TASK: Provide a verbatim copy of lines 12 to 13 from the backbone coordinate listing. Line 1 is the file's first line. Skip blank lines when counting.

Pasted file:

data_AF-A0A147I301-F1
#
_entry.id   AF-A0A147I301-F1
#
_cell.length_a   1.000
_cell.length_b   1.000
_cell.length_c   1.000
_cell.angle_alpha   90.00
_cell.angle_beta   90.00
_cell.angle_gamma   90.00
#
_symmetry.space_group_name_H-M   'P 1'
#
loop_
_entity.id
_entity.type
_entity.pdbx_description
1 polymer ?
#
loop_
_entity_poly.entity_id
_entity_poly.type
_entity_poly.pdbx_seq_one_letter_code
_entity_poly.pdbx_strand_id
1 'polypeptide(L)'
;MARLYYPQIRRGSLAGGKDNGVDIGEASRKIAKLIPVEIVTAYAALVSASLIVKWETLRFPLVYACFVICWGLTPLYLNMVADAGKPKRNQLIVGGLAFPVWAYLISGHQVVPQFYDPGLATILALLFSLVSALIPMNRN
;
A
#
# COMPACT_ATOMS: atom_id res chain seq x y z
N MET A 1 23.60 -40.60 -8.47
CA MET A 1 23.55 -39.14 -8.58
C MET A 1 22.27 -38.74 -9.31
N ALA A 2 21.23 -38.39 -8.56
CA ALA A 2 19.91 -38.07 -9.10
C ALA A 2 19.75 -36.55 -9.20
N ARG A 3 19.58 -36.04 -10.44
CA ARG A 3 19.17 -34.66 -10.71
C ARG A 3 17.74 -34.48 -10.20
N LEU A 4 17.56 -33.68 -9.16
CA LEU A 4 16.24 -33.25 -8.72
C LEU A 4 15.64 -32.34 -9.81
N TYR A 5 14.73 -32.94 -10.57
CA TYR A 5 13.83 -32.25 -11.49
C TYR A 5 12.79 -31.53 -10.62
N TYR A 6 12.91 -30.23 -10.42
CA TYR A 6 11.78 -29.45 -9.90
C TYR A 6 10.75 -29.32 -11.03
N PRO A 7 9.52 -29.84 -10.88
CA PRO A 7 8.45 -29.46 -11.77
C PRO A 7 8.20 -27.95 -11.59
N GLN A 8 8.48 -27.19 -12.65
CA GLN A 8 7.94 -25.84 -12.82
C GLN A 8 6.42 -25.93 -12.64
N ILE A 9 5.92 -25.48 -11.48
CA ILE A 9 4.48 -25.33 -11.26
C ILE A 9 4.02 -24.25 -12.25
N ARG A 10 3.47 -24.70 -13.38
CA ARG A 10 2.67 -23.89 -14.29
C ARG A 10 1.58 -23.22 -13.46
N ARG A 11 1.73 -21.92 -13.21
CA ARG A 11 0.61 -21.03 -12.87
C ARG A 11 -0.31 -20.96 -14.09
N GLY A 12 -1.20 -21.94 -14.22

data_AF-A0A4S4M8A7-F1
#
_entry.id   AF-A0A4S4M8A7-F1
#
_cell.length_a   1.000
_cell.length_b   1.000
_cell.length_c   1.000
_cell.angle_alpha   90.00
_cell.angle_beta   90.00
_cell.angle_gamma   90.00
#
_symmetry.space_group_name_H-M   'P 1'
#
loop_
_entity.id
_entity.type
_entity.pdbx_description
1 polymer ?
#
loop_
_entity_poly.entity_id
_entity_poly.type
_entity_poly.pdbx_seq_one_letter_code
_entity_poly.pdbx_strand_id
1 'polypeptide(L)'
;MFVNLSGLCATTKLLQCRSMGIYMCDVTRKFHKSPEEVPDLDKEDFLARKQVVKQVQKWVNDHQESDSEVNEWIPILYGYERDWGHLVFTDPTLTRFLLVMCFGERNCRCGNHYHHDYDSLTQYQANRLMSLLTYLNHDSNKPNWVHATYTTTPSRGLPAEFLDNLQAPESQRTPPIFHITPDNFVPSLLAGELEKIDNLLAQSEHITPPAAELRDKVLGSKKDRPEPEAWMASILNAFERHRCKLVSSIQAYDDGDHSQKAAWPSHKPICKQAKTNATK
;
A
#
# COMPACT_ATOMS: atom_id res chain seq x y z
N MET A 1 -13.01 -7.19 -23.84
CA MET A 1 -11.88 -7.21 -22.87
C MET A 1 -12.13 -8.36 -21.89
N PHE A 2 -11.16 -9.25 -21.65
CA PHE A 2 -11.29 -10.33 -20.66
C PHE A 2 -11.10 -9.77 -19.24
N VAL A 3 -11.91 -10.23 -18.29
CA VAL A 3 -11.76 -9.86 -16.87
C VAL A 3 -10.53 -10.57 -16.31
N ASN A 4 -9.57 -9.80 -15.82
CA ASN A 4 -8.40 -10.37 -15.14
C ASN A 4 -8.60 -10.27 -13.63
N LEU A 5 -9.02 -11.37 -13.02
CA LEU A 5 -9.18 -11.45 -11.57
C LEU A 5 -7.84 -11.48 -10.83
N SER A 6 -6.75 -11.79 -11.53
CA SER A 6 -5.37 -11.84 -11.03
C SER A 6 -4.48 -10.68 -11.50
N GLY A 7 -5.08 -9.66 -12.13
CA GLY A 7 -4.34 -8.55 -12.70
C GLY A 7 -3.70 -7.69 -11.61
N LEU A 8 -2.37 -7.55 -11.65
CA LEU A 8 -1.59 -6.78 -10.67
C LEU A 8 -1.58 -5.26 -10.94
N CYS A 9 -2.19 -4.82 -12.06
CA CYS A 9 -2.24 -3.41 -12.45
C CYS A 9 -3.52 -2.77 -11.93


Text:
_symmetry.space_group_name_H-M   'P 1'
#